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With the upcoming listing, Baidu will be the biggest US-traded Chinese company in Hong Kong since NetEase Inc.’s offering in June 2020
Chinese leading internet giant Baidu Inc (NASDAQ: BIDU) is planning to conduct a secondary listing in Hong Kong. According to those familiar with the matter, the trading will start on March 23. Notably, pricing the 95 million shares at $32.45 (or HK$252) each, Baidu is looking to raise as much as $3.08 billion in Hong Kong listing.
Baidu declined to comment on the news. But last week, the company released its listing documents saying that it would issue 95,000,000 Class A ordinary shares priced at no more than HK$295 dollars or $38.05. The banks that underwrite the listing also have the option to buy up to 14,250,000 more shares. The joint sponsors of the offering are the Bank of America Corp. (NYSE: BAC), CLSA Ltd., and Goldman Sachs Group Inc (NYSE: GS). Meanwhile, China International Capital Corp., UBS Group AG (NYSE: UBSG), and CCB International Holdings Ltd. are joint global coordinators.
Baidu is the Chinese counterpart of Google LLC (NASDAQ: GOOGL) search engine. With control over 75% of the search market in China, Baidu is the 6th largest search engine in the world. Its range of products includes maps, news, video, encyclopedia, anti-virus, and internet TV.
Launched back in 2000, Baidu became the first Chinese company to be included in the NASDAQ 100 stock market index in December 2007. In October 2018, Baidu became the first Chinese firm to join the US-based computer ethics consortium Partnership on AI.
Hong Kong Exchange to Back Chinese Tech Companies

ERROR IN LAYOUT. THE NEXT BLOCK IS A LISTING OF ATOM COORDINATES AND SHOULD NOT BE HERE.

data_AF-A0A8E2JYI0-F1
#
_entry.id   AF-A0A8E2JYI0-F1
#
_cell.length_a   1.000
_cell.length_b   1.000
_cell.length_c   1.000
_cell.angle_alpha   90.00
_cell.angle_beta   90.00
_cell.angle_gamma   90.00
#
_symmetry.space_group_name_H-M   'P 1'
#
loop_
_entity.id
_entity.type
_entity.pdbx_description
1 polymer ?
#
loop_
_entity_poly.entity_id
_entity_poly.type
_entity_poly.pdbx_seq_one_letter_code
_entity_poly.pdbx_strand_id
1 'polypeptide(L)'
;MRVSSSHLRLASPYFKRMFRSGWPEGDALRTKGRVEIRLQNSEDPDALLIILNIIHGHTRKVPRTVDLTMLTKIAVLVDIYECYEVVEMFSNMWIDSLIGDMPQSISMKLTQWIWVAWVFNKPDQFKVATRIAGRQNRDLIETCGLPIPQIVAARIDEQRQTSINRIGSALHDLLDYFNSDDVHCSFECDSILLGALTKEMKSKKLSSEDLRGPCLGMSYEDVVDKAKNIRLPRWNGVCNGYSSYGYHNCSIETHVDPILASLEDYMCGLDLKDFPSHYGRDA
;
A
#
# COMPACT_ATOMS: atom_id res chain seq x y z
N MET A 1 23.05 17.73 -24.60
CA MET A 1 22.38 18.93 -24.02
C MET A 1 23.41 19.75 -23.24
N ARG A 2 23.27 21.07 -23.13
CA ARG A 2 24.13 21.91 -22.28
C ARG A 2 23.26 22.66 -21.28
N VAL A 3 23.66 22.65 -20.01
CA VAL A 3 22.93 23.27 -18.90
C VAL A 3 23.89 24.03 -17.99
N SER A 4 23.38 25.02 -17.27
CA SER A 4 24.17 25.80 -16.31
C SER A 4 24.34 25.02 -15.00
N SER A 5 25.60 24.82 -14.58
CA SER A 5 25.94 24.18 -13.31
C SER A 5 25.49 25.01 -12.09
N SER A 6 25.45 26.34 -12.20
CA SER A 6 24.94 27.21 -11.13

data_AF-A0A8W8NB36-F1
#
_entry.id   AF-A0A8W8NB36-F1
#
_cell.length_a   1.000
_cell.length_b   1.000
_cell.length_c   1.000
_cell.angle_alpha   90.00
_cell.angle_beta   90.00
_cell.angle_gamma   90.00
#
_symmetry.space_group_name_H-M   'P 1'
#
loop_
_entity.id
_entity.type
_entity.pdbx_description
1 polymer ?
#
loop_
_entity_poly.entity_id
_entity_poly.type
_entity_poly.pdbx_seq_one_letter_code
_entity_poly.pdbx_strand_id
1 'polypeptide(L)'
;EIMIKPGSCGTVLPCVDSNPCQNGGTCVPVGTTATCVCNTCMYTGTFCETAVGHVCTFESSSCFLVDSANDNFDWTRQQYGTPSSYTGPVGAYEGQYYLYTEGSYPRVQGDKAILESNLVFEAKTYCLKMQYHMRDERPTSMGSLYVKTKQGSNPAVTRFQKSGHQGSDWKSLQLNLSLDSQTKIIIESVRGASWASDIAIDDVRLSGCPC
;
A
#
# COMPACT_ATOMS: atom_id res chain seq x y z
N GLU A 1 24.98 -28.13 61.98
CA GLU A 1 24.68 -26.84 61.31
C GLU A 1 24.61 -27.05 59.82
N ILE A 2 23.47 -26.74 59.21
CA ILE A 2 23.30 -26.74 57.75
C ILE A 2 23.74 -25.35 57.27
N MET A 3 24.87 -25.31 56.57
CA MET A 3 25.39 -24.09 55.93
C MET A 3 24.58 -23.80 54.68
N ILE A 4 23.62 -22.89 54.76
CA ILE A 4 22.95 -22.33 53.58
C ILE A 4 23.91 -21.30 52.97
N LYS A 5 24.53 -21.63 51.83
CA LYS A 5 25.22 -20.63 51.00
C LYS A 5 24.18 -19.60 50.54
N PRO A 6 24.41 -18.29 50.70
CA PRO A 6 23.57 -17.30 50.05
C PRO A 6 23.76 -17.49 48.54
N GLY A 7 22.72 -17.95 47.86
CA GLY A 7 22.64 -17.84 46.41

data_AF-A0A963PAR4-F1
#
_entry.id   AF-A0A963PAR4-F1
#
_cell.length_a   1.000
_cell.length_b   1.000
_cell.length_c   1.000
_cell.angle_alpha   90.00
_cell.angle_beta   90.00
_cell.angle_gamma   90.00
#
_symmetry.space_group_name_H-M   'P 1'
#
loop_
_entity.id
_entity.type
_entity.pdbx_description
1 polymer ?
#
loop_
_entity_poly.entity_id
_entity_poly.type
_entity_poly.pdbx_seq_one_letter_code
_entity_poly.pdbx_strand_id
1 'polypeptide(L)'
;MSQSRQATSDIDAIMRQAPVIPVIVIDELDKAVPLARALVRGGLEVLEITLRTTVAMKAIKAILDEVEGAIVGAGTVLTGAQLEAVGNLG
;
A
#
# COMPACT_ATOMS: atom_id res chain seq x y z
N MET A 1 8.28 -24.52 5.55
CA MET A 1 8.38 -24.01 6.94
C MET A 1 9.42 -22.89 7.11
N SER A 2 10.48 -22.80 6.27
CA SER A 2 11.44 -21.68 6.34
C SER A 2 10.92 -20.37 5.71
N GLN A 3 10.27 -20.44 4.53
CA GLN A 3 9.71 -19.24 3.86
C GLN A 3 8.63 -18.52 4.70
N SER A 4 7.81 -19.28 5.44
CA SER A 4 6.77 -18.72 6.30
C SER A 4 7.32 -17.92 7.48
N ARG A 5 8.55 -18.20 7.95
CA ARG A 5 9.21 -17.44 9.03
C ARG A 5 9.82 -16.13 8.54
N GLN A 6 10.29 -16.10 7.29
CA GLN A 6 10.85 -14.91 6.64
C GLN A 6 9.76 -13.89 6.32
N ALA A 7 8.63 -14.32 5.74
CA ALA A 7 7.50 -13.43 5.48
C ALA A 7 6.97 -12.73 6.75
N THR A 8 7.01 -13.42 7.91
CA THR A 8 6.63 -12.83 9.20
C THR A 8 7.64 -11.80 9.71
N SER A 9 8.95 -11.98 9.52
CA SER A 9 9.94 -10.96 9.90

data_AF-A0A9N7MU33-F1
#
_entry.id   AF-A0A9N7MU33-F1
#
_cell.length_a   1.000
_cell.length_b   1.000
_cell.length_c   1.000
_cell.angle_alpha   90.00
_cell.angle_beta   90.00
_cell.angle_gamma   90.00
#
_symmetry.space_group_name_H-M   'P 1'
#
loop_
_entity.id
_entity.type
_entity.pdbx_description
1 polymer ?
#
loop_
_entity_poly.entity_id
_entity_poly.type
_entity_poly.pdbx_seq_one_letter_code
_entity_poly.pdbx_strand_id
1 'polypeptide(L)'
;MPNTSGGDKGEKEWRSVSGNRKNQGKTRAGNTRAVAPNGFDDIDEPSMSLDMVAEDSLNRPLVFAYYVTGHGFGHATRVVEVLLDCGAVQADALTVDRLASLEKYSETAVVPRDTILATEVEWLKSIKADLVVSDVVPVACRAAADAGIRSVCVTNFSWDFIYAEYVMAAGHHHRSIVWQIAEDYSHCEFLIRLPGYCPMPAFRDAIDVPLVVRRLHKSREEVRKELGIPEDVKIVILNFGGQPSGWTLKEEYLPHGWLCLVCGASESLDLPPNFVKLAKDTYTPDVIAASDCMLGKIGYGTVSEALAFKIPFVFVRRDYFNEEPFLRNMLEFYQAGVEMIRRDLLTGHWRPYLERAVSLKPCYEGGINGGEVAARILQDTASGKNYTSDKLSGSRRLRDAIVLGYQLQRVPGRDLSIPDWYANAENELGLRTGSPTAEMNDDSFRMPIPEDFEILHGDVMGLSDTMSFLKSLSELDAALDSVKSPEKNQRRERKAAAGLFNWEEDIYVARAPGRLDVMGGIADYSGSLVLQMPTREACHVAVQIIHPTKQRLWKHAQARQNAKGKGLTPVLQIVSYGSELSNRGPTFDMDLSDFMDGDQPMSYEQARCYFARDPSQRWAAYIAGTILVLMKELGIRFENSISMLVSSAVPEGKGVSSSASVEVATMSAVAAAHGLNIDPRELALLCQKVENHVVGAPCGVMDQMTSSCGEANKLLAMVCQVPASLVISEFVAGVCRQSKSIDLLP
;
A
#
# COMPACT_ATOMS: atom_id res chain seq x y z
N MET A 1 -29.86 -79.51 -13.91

With the upcoming listing, Baidu will be the biggest US-traded Chinese company in Hong Kong since NetEase Inc.’s offering in June 2020, when it raised HK$24.3 billion. Baidu’s Hong Kong listing also follows tech companies like Alibaba Group (NYSE: BABA) and JD.com (HKG: 9618) that did a secondary listing on the Hong Kong exchange earlier. Chinese video streaming company Bilibili has recently filed for a Hong Kong secondary listing as well.
Notably, Hong Kong is enjoying a boost in the listing volumes, as a growing number of technology firms are starting to trade there. In 2020 alone, there were 12 secondary listings in Hong Kong that raised $19.06 billion in total.
However, some companies face challenges while filing for a listing on the biggest Chinese exchange. In particular, Alibaba-backed financial giant Ant Group that was planning to conduct a dual IPO in Hong Kong and Shanghai had to abandon its ambitious plans. As we reported at that time, Chinese authorities warned the company on restrictions of capital and leverage. As a result of the issues with the authorities, Ant Group suspended the IPO. It also started to look for a “short-term liquidity solution” to help its employees monetize shares.